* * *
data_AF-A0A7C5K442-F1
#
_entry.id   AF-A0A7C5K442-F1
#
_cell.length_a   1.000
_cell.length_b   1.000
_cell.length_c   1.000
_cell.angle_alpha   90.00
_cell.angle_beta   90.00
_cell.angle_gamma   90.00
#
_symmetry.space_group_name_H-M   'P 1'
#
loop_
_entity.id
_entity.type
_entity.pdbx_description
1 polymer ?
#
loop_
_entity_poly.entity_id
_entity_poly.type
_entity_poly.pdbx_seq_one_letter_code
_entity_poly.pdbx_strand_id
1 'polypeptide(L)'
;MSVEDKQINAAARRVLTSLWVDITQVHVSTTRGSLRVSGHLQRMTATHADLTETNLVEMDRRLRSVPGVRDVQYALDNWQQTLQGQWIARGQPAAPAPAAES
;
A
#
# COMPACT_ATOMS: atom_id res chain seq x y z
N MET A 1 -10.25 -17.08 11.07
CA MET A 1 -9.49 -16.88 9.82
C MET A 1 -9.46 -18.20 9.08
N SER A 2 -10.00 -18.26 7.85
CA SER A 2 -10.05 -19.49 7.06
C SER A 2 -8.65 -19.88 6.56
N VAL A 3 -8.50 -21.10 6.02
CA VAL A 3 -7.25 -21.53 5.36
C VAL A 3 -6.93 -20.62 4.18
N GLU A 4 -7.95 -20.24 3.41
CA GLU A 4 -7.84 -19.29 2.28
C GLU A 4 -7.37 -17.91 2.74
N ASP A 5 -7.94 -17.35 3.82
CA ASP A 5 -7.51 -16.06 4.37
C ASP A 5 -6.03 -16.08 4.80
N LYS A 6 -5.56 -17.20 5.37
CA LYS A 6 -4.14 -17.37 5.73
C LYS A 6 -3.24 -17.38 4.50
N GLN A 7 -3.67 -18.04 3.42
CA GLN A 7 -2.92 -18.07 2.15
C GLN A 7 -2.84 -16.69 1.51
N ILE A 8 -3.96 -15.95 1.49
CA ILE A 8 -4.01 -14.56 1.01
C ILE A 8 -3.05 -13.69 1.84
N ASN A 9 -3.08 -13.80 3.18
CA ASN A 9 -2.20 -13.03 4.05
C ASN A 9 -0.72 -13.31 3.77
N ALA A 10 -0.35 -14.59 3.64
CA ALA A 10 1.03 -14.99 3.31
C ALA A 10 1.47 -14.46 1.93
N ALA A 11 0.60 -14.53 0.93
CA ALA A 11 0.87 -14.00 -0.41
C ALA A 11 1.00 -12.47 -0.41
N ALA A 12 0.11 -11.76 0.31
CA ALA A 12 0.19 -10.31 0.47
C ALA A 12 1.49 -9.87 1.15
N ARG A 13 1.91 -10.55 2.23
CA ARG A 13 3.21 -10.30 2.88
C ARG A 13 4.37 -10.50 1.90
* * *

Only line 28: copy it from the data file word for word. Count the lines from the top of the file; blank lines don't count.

A